Two for the Road

Mel Shavelson, a writer for radio, TV and film, described his experiences with Sinatra in "How to Make a Jewish Movie" (Prentice Hall, 1971)

'In 10 minutes," Fredric March said to us, "you're going to see one wop nailed to the wall."

It was Friday, the Twentieth of January, One Thousand Nine Hundred and Sixty-one, according to the inscription on the silver cigarette box engraved with the invitation to the inauguration of John Fitzgerald Kennedy. Sinatra had given one to each of us who had worked on the Democratic Gala the night before, designed by Frank to pull the party out of the $3-million financial hole it had dug for itself in the election campaign. It was second only to the financial hole Sinatra himself was in at the time. We all knew Frank couldn't afford the cigarette cases, any more than he could afford the table full of caviar and champagne before dinner, the one he was throwing to thank us for the large egg we had all laid the previous evening when the gala was performed. (The talk around town was that Frank was going to have the Democratic party, but he might not be able to save himself, financially.)

Washington had been hit by the biggest blizzard in its history, and the snowbound audience, including the president-elect and Jackie, couldn't reach the auditorium until after 11 p.m. By 2 a.m., as the performance by every Democratic star in the Hollywood firmament wearily groaned to its close, most of the audience had turned Republican.

But Frank wanted us to know he appreciated our efforts, even if it resulted in his temporary bankruptcy. My Way, I think it's called.

At that point, Peter Lawford hurried into the upstairs Statler private dining room and told Frank that the new president had arrived at the Inaugural Ball and would like all of us connected with the ill-fated show to come downstairs so he could shake our hands and thank us personally.

Sinatra looked up from his soup and said, "Tell him we're eating." Lawford blanched slightly.

"I'm only his brother-in-law," he said. "You tell him."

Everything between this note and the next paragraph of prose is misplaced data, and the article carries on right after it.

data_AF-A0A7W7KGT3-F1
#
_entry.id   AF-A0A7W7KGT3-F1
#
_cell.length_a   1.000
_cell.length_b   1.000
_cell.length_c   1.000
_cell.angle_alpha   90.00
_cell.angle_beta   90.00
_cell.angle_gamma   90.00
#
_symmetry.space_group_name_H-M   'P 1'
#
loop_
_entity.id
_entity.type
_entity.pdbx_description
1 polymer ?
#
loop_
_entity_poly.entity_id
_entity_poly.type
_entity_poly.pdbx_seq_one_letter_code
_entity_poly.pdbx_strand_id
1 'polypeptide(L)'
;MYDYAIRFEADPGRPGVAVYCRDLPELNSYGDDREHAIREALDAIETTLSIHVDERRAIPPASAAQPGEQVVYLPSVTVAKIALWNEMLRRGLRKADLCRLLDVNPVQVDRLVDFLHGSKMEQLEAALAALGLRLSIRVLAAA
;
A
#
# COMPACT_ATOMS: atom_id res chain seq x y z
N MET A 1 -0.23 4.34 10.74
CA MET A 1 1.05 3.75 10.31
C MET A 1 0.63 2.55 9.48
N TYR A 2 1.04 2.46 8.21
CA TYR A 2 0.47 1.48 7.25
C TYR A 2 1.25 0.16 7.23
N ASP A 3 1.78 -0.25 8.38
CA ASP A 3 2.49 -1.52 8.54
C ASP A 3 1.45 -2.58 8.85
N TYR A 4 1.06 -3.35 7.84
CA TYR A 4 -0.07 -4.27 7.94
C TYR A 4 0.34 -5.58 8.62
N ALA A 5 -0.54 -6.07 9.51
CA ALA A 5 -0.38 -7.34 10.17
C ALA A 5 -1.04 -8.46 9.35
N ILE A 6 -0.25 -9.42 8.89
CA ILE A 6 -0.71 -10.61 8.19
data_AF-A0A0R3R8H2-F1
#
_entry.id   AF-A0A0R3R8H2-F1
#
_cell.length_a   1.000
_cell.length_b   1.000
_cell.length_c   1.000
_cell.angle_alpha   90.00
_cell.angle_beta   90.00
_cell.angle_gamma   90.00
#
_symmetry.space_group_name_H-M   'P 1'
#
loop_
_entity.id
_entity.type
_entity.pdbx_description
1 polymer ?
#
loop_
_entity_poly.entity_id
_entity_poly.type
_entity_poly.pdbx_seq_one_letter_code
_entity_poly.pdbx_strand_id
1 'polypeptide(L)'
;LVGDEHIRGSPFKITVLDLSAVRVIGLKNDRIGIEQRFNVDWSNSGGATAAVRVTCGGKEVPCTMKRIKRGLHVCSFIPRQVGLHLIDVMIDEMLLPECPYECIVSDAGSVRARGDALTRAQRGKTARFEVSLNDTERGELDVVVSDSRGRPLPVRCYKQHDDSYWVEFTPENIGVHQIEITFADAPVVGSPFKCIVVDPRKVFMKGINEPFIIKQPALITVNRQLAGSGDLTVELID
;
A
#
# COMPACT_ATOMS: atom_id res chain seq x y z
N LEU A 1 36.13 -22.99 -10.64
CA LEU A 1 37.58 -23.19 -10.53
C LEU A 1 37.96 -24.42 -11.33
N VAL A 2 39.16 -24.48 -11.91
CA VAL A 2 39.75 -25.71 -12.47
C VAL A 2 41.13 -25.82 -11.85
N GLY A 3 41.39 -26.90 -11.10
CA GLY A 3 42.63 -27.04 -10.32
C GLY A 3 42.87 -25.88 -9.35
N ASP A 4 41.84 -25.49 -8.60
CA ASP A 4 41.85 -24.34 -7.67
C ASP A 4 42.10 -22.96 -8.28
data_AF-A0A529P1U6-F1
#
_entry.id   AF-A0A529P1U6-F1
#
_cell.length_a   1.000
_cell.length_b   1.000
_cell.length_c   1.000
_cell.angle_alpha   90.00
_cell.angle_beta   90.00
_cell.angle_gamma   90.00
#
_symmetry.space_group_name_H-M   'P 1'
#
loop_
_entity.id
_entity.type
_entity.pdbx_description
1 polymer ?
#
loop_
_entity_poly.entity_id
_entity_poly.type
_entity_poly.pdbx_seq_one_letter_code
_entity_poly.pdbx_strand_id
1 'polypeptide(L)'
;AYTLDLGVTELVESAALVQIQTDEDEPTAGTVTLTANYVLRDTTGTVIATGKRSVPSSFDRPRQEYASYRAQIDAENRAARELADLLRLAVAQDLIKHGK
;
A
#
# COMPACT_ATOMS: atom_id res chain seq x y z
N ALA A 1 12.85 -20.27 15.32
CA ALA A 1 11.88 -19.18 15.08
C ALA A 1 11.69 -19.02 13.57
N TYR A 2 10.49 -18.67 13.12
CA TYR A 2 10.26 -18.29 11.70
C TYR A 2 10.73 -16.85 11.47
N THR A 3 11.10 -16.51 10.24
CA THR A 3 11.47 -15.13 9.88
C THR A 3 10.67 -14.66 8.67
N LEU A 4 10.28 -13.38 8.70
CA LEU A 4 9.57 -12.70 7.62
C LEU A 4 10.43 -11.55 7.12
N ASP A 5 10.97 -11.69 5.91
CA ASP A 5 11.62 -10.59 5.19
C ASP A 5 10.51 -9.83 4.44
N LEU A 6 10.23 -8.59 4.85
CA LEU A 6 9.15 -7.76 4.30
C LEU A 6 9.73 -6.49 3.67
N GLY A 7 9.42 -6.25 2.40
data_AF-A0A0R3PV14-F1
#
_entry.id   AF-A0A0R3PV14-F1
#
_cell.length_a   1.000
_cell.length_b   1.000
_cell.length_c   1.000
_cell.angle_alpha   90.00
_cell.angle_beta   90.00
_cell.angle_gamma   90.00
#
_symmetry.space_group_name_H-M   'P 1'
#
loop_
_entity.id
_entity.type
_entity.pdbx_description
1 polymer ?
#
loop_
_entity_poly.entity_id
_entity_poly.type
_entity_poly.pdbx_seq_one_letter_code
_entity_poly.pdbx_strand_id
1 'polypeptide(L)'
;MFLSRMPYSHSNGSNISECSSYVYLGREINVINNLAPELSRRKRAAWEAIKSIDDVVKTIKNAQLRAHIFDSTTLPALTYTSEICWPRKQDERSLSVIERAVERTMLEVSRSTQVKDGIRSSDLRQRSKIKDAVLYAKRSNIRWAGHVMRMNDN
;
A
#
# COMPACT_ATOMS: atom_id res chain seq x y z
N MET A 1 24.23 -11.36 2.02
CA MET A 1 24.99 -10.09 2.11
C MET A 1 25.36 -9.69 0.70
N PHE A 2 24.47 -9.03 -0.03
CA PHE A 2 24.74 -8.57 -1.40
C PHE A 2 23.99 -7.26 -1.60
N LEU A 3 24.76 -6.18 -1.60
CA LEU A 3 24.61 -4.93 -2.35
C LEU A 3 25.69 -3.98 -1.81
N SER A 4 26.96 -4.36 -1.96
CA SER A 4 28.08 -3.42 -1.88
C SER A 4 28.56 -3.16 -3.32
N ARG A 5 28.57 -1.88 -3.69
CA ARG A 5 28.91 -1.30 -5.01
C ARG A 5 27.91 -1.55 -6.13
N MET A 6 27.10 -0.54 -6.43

"OK," declared Mr. Sinatra, getting to his feet, "I'll tell him."

And he walked casually out of the banquet room. Or as casually as anyone could who was immediately surrounded by five brawny Secret Service men.

They escorted him downstairs.

That was when Freddie March issued his dire prediction of the coming Italian crucifixion. A few moments later, Frank returned.

"Ladies and gentlemen," he announced, "the president of the United States."

And Kennedy entered, smiling. "I'm sorry," he apologized, "I didn't know you were eating."

There is much more to a story that says a great deal about two men who overcame backgrounds as different as night and day, or Hoboken and Hyannisport, and yet were so much alike in so many ways.

Both of them were entertainers.

Both of them were living legends.

Both of them were involved with the Mafia.

Both of them had affairs with Marilyn Monroe and Judith Exner.

But only one of them could sing.

If you were making a movie called "Cast a Giant Shadow" in 1966 in the heart of beleaguered little Israel, and you needed an actor to play the two-day role of a Texas aviator in the Israeli Air Force, whom would you cast?

Right the first time. Frank Sinatra.

That is, if the chumsin blowing in from the Negev Desert had gotten to your brain. The lore of the Middle East declares emphatically that during the period of this incessant, searing wind and dust storm, the human mind is not responsible for its actions. Even murder is forgiven as a pleasant distraction from the heat.

I could be excused, then, in my unhinged state, for thinking that the Living Legend would give up tens of thousands of dollars in nightclub and concert engagements to fly halfway around the world for a bit part in a movie about the Jewish general Mickey Marcus no studio in Hollywood had wanted to produce. The studio heads insisted they had already given to the United Jewish Appeal.

But after my previous experiences with Frank, I knew that there was no simple explanation for Sinatra's reaction to anything. He was a complicated man whose public image was largely an act.

His private images I never learned, although this time, I took a chance. There was a mystique, in those days, in the fate of the tiny, impossible nation in the act of prolonging its impossibility in the heart of its mortal enemies. Actors, including Kirk Douglas, John Wayne and Yul Brynner, had actually gone out of their way to secure roles in this film about Israel's incredible war of independence. United Artists had finally gone along, figuring that John Wayne's appearance would make the film Gentile by association, and with that cast, the picture couldn't fail even if I shot the telephone book instead of my script.

The mistake was that we shot my script, but that's another story.

I didn't know where Frank's private sympathies lay, and I wasn't sure he did, either. But I knew it wouldn't be what anyone expected. Was he secretly anti-Semitic? There was one way to find out.

At the moment, he and I were both represented by the Iceman, as our agent Herman Citron was known in the trade. Herman was a quiet-spoken man. So, I understand, was Attila the Hun. Citron's reputation in a cutthroat business passed belief. He represented a large percentage of Hollywood's top stars, and his handshake could be deposited in the Bank of America and draw interest.

I cabled Herman my inspired casting notion from Tel Aviv. Herman called Sinatra, who was in New York at the time, to laugh at this crazy offer.

Frank told him to mail him the screenplay.